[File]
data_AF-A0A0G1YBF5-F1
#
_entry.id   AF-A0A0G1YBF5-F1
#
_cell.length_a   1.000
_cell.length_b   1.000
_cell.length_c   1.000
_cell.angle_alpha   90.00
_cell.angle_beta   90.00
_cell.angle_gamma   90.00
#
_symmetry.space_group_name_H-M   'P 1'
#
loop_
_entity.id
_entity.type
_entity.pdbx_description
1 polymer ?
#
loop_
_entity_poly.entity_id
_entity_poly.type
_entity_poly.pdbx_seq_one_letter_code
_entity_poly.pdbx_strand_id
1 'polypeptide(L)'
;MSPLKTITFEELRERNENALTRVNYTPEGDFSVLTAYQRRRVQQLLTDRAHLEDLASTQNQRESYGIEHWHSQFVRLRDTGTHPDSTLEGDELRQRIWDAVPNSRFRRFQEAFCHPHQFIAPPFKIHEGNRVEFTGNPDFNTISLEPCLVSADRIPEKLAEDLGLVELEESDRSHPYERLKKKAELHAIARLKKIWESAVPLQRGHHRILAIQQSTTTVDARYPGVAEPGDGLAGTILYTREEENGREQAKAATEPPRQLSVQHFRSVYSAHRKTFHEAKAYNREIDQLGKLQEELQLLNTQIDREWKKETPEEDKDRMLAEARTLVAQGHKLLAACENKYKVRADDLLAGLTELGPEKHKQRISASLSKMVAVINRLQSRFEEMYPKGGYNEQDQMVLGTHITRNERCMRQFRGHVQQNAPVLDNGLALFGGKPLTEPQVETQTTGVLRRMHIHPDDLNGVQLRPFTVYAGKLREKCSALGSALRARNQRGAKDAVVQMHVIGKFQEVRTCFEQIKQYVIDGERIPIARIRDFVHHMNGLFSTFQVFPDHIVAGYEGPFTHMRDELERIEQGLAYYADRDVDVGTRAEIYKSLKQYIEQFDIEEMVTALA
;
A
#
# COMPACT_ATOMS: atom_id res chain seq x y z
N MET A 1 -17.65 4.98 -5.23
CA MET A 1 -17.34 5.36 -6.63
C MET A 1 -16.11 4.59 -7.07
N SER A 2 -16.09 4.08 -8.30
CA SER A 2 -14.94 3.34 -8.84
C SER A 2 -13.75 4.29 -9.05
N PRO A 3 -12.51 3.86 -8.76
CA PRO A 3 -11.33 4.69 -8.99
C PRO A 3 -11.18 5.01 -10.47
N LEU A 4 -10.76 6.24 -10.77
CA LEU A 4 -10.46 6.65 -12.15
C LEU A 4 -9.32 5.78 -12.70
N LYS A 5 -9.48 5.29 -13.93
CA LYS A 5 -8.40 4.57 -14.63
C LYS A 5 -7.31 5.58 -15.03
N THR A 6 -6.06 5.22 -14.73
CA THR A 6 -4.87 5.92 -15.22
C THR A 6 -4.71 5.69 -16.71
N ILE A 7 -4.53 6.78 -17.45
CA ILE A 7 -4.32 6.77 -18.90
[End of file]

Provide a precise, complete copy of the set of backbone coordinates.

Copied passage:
data_AF-A0A0G1YBF5-F1
#
_entry.id   AF-A0A0G1YBF5-F1
#
_cell.length_a   1.000
_cell.length_b   1.000
_cell.length_c   1.000
_cell.angle_alpha   90.00
_cell.angle_beta   90.00
_cell.angle_gamma   90.00
#
_symmetry.space_group_name_H-M   'P 1'
#
loop_
_entity.id
_entity.type
_entity.pdbx_description
1 polymer ?
#
loop_
_entity_poly.entity_id
_entity_poly.type
_entity_poly.pdbx_seq_one_letter_code
_entity_poly.pdbx_strand_id
1 'polypeptide(L)'
;MSPLKTITFEELRERNENALTRVNYTPEGDFSVLTAYQRRRVQQLLTDRAHLEDLASTQNQRESYGIEHWHSQFVRLRDTGTHPDSTLEGDELRQRIWDAVPNSRFRRFQEAFCHPHQFIAPPFKIHEGNRVEFTGNPDFNTISLEPCLVSADRIPEKLAEDLGLVELEESDRSHPYERLKKKAELHAIARLKKIWESAVPLQRGHHRILAIQQSTTTVDARYPGVAEPGDGLAGTILYTREEENGREQAKAATEPPRQLSVQHFRSVYSAHRKTFHEAKAYNREIDQLGKLQEELQLLNTQIDREWKKETPEEDKDRMLAEARTLVAQGHKLLAACENKYKVRADDLLAGLTELGPEKHKQRISASLSKMVAVINRLQSRFEEMYPKGGYNEQDQMVLGTHITRNERCMRQFRGHVQQNAPVLDNGLALFGGKPLTEPQVETQTTGVLRRMHIHPDDLNGVQLRPFTVYAGKLREKCSALGSALRARNQRGAKDAVVQMHVIGKFQEVRTCFEQIKQYVIDGERIPIARIRDFVHHMNGLFSTFQVFPDHIVAGYEGPFTHMRDELERIEQGLAYYADRDVDVGTRAEIYKSLKQYIEQFDIEEMVTALA
;
A
#
# COMPACT_ATOMS: atom_id res chain seq x y z
N MET A 1 -17.65 4.98 -5.23
CA MET A 1 -17.34 5.36 -6.63
C MET A 1 -16.11 4.59 -7.07
N SER A 2 -16.09 4.08 -8.30
CA SER A 2 -14.94 3.34 -8.84
C SER A 2 -13.75 4.29 -9.05
N PRO A 3 -12.51 3.86 -8.76
CA PRO A 3 -11.33 4.69 -8.99
C PRO A 3 -11.18 5.01 -10.47
N LEU A 4 -10.76 6.24 -10.77
CA LEU A 4 -10.46 6.65 -12.15
C LEU A 4 -9.32 5.78 -12.70
N LYS A 5 -9.48 5.29 -13.93
CA LYS A 5 -8.40 4.57 -14.63
C LYS A 5 -7.31 5.58 -15.03
N THR A 6 -6.06 5.22 -14.73
CA THR A 6 -4.87 5.92 -15.22
C THR A 6 -4.71 5.69 -16.71
N ILE A 7 -4.53 6.78 -17.45
CA ILE A 7 -4.32 6.77 -18.90